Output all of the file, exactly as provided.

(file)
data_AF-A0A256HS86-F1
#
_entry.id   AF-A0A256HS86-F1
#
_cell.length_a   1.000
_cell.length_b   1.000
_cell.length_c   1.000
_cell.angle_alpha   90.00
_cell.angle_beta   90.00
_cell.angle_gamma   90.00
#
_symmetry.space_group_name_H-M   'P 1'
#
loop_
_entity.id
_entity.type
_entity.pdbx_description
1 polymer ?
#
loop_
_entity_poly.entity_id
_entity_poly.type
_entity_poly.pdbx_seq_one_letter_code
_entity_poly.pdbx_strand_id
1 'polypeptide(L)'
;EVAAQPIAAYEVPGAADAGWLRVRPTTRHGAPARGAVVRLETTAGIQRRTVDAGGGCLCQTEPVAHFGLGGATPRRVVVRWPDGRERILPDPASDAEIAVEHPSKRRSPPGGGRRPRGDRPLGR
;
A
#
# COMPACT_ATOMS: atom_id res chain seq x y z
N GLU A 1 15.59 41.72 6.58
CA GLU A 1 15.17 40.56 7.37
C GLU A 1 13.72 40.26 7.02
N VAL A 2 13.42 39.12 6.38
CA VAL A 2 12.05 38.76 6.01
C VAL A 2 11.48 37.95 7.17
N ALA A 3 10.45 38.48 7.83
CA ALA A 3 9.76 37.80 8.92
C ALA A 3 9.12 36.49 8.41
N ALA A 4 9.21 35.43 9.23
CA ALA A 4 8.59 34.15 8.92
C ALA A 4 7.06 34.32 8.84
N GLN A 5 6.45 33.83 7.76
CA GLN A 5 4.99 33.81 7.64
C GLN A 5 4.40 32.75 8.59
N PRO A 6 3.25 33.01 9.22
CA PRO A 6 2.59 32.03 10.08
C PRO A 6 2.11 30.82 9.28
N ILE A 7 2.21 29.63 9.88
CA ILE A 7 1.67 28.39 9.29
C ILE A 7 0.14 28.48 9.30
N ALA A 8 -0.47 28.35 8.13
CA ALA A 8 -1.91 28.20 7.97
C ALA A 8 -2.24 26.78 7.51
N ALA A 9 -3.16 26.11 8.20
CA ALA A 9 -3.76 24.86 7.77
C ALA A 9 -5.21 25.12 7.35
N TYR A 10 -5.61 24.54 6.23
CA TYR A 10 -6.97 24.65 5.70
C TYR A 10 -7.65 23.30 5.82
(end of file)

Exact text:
data_AF-A0A256HS86-F1
#
_entry.id   AF-A0A256HS86-F1
#
_cell.length_a   1.000
_cell.length_b   1.000
_cell.length_c   1.000
_cell.angle_alpha   90.00
_cell.angle_beta   90.00
_cell.angle_gamma   90.00
#
_symmetry.space_group_name_H-M   'P 1'
#
loop_
_entity.id
_entity.type
_entity.pdbx_description
1 polymer ?
#
loop_
_entity_poly.entity_id
_entity_poly.type
_entity_poly.pdbx_seq_one_letter_code
_entity_poly.pdbx_strand_id
1 'polypeptide(L)'
;EVAAQPIAAYEVPGAADAGWLRVRPTTRHGAPARGAVVRLETTAGIQRRTVDAGGGCLCQTEPVAHFGLGGATPRRVVVRWPDGRERILPDPASDAEIAVEHPSKRRSPPGGGRRPRGDRPLGR
;
A
#
# COMPACT_ATOMS: atom_id res chain seq x y z
N GLU A 1 15.59 41.72 6.58
CA GLU A 1 15.17 40.56 7.37
C GLU A 1 13.72 40.26 7.02
N VAL A 2 13.42 39.12 6.38
CA VAL A 2 12.05 38.76 6.01
C VAL A 2 11.48 37.95 7.17
N ALA A 3 10.45 38.48 7.83
CA ALA A 3 9.76 37.80 8.92
C ALA A 3 9.12 36.49 8.41
N ALA A 4 9.21 35.43 9.23
CA ALA A 4 8.59 34.15 8.92
C ALA A 4 7.06 34.32 8.84
N GLN A 5 6.45 33.83 7.76
CA GLN A 5 4.99 33.81 7.64
C GLN A 5 4.40 32.75 8.59
N PRO A 6 3.25 33.01 9.22
CA PRO A 6 2.59 32.03 10.08
C PRO A 6 2.11 30.82 9.28
N ILE A 7 2.21 29.63 9.88
CA ILE A 7 1.67 28.39 9.29
C ILE A 7 0.14 28.48 9.30
N ALA A 8 -0.47 28.35 8.13
CA ALA A 8 -1.91 28.20 7.97
C ALA A 8 -2.24 26.78 7.51
N ALA A 9 -3.16 26.11 8.20
CA ALA A 9 -3.76 24.86 7.77
C ALA A 9 -5.21 25.12 7.35
N TYR A 10 -5.61 24.54 6.23
CA TYR A 10 -6.97 24.65 5.70
C TYR A 10 -7.65 23.30 5.82